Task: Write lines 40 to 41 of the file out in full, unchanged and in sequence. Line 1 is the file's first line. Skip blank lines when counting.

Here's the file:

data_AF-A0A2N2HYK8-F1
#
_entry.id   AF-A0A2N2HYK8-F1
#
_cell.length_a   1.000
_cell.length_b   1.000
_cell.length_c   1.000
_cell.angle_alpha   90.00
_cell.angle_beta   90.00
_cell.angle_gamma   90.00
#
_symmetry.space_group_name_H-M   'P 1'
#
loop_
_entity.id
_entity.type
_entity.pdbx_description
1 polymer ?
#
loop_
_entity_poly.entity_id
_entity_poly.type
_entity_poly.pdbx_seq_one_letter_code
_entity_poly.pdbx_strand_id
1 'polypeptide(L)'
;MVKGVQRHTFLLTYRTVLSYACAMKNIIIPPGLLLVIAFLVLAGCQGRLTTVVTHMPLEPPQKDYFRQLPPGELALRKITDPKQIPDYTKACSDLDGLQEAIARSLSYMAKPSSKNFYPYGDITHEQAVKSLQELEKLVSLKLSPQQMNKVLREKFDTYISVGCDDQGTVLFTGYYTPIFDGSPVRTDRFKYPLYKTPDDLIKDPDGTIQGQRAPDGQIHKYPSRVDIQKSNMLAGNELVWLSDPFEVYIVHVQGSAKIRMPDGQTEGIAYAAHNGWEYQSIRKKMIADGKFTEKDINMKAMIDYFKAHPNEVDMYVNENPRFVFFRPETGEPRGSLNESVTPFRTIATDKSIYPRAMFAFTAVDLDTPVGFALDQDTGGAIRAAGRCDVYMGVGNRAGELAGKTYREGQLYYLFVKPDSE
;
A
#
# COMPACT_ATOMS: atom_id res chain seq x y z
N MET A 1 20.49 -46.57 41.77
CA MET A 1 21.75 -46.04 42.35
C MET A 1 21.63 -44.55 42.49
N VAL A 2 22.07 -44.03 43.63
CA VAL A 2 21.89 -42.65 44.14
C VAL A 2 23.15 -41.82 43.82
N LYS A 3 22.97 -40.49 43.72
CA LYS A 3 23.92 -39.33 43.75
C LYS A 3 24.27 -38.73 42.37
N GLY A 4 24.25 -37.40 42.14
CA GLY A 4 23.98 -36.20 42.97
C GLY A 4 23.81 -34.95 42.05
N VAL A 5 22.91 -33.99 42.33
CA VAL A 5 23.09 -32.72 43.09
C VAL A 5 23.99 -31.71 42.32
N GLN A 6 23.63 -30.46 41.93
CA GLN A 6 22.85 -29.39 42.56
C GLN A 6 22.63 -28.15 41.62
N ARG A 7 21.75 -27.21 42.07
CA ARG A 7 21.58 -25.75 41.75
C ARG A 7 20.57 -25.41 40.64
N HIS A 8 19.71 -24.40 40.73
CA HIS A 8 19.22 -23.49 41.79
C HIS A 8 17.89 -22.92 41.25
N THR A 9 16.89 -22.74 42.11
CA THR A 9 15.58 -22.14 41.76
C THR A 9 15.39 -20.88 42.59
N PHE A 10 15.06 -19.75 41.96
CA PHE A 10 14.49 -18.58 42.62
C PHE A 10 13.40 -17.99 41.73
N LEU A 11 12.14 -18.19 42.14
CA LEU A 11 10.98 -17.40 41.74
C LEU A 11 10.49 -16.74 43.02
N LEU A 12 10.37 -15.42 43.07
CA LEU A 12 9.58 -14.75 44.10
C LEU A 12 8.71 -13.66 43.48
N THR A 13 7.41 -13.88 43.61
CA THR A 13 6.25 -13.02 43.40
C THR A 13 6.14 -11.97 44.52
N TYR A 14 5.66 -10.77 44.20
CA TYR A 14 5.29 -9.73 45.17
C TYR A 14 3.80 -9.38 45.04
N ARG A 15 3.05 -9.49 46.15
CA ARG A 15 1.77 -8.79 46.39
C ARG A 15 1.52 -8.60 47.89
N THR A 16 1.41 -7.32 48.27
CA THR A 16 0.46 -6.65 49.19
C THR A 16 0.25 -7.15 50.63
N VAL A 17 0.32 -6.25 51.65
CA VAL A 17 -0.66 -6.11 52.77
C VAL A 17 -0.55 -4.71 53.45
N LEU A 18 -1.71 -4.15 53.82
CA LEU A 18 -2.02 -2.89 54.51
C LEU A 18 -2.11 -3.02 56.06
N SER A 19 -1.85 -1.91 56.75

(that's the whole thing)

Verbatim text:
N GLY A 4 24.25 -37.40 42.14
CA GLY A 4 23.98 -36.20 42.97